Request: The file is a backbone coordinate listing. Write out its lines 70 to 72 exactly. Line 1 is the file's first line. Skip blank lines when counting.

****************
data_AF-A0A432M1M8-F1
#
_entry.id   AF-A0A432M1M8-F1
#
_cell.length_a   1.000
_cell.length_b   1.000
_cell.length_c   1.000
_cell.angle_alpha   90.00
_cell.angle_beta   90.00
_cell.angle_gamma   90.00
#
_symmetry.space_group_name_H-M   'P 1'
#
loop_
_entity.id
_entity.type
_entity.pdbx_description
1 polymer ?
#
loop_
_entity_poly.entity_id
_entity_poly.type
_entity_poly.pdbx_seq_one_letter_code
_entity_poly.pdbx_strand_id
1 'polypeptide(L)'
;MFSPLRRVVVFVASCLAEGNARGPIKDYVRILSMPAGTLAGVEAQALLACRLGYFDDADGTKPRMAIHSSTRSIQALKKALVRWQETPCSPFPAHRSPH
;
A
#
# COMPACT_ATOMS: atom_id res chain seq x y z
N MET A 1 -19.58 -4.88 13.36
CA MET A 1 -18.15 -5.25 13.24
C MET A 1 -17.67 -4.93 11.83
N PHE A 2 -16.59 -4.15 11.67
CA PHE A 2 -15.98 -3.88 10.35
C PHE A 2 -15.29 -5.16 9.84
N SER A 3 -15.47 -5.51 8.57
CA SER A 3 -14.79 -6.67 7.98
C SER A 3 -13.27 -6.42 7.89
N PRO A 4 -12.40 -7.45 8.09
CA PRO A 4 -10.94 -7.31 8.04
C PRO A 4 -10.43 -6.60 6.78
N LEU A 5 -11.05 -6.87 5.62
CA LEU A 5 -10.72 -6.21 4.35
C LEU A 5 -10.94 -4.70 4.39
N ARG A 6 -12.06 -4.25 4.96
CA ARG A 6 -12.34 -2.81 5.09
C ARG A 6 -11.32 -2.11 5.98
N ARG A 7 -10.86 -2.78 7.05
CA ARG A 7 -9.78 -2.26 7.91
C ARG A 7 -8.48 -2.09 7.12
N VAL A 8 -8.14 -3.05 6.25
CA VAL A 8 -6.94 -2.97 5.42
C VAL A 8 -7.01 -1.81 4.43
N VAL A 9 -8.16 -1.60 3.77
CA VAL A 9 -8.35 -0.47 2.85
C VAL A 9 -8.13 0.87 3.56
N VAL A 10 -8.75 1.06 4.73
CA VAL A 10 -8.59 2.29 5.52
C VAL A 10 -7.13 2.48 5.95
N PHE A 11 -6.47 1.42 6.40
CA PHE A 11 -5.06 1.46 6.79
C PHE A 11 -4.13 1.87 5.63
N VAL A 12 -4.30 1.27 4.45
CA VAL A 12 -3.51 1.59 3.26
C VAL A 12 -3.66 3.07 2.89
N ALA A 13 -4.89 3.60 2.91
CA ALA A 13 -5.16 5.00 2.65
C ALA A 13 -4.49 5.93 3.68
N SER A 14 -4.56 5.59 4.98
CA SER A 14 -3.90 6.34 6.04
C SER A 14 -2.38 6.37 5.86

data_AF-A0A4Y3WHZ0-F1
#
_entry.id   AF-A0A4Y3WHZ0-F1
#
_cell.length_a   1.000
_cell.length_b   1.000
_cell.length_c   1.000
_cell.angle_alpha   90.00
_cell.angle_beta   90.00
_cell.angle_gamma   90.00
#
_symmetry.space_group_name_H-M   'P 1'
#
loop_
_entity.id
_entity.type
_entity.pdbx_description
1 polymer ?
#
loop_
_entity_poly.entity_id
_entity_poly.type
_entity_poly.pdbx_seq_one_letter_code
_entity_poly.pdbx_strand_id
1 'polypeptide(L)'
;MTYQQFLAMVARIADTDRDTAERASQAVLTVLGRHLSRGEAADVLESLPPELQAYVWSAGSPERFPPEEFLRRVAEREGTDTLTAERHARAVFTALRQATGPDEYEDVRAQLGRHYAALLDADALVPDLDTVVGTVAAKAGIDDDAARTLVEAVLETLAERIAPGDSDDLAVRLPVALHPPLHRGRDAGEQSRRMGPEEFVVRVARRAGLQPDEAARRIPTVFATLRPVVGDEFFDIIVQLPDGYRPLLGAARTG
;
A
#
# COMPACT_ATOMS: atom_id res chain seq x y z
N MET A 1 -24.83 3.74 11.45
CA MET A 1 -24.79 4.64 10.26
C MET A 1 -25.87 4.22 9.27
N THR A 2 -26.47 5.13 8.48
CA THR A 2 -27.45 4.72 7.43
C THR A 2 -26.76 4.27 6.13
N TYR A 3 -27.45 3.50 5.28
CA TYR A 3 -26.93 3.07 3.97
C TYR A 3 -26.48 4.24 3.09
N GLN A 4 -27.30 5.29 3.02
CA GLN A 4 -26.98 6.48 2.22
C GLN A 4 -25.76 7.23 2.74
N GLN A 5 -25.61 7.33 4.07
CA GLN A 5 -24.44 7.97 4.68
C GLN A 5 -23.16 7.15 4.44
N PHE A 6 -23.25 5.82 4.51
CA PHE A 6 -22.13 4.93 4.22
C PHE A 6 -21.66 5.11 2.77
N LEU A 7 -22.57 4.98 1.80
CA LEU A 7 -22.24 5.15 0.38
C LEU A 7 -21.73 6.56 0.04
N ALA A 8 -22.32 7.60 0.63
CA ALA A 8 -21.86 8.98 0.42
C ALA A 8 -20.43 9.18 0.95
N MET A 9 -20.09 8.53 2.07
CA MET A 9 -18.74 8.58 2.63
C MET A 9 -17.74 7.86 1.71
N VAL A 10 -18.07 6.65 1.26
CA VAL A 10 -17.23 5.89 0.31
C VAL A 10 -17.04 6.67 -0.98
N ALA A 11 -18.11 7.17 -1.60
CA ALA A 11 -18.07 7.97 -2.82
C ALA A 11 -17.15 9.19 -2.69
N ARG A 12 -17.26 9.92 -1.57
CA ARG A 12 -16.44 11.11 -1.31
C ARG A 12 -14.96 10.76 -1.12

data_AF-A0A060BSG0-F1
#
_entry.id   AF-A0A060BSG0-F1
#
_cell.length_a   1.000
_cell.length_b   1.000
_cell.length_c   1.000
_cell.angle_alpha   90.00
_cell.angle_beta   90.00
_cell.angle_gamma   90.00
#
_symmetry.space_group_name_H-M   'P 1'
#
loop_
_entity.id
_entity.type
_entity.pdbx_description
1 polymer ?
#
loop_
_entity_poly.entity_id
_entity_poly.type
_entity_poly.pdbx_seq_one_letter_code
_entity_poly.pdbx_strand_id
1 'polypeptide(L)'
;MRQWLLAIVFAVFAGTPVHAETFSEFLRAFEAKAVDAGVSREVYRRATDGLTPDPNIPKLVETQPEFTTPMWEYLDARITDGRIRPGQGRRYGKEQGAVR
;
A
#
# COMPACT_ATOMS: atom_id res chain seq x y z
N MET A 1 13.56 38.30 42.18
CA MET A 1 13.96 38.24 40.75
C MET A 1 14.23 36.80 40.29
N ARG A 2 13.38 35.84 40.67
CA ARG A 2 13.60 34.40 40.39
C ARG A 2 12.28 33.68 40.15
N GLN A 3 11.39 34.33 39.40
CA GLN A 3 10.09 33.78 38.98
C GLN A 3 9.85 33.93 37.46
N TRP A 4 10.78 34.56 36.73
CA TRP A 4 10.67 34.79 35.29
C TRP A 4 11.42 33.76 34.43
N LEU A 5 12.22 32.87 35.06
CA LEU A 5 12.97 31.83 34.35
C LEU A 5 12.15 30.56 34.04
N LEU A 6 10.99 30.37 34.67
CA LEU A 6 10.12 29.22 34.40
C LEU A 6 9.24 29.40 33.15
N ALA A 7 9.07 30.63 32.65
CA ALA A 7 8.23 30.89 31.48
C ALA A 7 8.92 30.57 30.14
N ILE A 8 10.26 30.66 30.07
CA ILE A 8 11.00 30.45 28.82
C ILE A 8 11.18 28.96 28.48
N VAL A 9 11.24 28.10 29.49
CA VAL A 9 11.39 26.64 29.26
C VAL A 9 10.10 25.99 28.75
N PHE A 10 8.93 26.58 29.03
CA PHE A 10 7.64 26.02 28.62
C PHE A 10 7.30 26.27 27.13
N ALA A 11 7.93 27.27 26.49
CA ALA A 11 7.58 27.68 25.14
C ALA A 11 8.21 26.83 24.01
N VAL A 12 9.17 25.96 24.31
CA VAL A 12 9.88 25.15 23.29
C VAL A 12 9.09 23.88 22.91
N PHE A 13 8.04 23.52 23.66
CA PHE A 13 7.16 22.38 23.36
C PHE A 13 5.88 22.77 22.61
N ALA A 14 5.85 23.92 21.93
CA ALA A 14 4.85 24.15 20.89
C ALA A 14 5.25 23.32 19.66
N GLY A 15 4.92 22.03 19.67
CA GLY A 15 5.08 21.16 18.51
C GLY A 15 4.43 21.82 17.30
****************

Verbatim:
N SER A 14 -4.56 5.59 4.98
CA SER A 14 -3.90 6.34 6.04
C SER A 14 -2.38 6.37 5.86